Music Reviews
Albert King

Albert King

I’ll Play the Blues for You


When Albert King returned to Memphis in 1972 to record with The Bar-Kays, the Isaac Hayes Movement, and the Memphis Horns, it was hoped it would be a success along the lines of his 1967 hit Born Under a Bad Sign. That album, with hits such as the title cut and “Crosscut Saw,” was a game-changer for King, broadening his appeal to the R+B markets while still keeping him atop the blues charts as well. I’ll Play the Blues for You continues in the same vein as Bad Sign, with equally grand results.

When King strapped on Lucy, his backwards strung, upside down Gibson Flying V, he created a sound never equaled, although many, from Jimi Hendrix to Stevie Ray Vaughn, tried. His blues were never rushed – no Buddy Guy pyrotechnics here, just stinging solo lines atop a river of funk. His “I’ll Be Doggone” takes Motown to a juke joint with stops at the temple of James Brown, while “Breaking Up Somebody’s Home” is a lean, mean throw down, and Albert’s vocals on it would give anyone pause.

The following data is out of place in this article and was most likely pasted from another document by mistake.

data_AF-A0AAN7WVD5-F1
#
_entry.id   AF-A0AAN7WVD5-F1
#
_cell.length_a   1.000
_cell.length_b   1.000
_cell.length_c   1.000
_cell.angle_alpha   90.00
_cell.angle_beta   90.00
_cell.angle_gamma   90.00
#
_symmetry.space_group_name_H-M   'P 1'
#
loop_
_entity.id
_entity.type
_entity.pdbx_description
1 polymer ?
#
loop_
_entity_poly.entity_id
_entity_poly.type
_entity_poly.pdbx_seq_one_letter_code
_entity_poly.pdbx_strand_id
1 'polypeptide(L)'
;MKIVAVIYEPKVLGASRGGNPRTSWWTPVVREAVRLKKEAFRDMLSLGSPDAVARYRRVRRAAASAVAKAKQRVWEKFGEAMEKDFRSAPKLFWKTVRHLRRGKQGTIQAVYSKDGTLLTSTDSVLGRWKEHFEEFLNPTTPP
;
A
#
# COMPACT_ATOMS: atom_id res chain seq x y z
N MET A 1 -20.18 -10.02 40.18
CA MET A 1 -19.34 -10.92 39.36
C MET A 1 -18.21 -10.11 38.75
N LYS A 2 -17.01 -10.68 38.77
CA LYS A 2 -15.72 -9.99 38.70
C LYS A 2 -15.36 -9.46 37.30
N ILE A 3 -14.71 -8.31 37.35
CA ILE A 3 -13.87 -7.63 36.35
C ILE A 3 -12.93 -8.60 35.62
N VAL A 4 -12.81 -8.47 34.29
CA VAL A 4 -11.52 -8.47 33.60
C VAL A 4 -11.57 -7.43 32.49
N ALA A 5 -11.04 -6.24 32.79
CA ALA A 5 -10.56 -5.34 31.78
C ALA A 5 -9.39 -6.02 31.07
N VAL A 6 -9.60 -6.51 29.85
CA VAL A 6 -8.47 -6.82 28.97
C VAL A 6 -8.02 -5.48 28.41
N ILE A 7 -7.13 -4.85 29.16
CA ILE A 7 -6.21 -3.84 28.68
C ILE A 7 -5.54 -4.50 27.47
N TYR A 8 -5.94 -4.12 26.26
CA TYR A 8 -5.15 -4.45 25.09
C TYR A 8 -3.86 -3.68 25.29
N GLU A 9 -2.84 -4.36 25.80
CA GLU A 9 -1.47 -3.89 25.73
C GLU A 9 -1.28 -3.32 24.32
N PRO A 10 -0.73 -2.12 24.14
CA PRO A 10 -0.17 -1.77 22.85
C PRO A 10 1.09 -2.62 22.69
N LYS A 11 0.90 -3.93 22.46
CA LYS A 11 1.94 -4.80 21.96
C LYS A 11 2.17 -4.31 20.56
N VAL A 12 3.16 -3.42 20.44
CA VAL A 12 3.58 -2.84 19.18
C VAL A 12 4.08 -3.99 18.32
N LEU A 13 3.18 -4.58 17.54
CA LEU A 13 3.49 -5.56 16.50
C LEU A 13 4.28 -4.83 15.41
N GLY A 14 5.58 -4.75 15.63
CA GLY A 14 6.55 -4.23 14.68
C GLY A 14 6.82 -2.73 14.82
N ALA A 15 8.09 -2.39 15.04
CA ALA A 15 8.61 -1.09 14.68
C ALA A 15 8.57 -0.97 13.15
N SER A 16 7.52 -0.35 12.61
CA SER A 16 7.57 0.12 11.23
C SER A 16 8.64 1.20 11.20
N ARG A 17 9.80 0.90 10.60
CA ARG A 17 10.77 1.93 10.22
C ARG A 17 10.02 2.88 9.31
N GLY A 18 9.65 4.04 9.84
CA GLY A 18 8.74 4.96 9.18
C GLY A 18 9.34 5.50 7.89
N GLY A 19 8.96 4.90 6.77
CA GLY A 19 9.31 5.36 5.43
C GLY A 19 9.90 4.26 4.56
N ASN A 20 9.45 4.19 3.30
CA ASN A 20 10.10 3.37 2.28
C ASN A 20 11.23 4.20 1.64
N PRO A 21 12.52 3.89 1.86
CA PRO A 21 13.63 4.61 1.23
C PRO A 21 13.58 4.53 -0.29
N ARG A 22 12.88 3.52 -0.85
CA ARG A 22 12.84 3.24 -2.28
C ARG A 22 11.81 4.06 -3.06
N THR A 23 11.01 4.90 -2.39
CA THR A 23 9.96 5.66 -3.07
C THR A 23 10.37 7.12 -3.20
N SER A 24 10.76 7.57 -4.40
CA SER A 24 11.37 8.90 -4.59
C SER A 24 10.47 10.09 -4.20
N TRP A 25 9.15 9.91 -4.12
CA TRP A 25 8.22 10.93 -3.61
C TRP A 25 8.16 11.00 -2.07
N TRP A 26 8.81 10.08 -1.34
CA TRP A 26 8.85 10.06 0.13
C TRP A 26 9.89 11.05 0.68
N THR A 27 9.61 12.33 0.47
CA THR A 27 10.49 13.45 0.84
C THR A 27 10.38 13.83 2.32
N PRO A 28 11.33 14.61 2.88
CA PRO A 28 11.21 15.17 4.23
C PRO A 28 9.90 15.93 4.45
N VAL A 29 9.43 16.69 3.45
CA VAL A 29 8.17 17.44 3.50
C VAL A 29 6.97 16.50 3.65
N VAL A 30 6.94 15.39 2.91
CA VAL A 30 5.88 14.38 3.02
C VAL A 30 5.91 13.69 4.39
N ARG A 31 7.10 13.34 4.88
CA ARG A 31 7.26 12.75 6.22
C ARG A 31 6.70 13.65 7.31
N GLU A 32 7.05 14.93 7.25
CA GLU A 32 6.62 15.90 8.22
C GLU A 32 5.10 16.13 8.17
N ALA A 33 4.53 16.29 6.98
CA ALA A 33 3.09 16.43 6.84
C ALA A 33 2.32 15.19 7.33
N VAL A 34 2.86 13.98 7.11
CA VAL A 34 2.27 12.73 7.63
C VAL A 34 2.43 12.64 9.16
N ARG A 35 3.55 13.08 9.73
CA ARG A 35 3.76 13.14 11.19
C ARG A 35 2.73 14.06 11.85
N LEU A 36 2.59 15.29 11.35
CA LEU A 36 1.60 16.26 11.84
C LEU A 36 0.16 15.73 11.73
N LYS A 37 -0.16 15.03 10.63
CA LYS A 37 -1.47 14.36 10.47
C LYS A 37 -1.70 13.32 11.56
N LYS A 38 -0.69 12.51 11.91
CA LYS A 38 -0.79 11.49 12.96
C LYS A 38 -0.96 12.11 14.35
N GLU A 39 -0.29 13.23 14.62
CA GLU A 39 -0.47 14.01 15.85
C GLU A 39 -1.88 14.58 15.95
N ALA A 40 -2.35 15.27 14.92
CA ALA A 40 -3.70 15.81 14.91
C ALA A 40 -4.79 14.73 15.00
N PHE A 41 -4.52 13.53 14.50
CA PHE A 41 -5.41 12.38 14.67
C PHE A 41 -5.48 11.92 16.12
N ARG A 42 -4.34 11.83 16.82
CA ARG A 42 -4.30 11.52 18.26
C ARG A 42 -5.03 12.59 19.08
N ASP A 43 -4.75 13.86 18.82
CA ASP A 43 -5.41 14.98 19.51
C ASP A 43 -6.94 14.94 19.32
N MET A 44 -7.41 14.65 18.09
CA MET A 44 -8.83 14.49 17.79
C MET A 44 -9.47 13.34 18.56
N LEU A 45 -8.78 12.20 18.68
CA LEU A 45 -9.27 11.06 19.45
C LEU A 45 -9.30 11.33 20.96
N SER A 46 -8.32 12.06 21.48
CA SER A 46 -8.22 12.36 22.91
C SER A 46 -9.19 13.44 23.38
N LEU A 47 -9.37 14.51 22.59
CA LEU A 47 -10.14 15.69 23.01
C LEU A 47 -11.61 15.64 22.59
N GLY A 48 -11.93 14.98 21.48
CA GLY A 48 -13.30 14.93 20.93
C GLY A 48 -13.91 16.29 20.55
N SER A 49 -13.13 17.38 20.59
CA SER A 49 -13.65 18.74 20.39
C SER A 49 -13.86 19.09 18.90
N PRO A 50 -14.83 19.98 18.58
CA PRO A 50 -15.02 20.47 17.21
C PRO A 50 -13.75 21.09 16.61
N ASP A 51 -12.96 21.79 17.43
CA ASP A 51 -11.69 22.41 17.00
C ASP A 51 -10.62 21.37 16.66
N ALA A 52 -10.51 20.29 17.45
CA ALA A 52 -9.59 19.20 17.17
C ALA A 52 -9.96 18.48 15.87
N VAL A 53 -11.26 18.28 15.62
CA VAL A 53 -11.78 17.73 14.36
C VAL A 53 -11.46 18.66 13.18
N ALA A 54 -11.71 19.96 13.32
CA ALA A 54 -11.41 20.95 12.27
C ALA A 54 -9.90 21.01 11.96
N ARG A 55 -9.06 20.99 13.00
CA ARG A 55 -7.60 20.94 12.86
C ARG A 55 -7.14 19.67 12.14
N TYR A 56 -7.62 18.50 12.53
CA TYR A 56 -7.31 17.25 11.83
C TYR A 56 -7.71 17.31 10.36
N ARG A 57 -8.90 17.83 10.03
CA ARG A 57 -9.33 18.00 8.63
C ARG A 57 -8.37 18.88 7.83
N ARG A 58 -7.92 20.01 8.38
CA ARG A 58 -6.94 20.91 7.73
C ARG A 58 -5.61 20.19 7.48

This 2012 reissue adds four cuts to the original album, including the great “Albert’s Stomp” and “I Need a Love,” making this a welcome update to an already legendary blues record. Long known as one of most influential and identifiable guitarists, I’ll Play the Blues for You was one of his best, and if anyone could play the blues, it was Albert King. When King calls out “C’mon Lucy, play!” and squeezes those strings within an inch of their life, its Blues 101, and one of the genre’s most essential albums.


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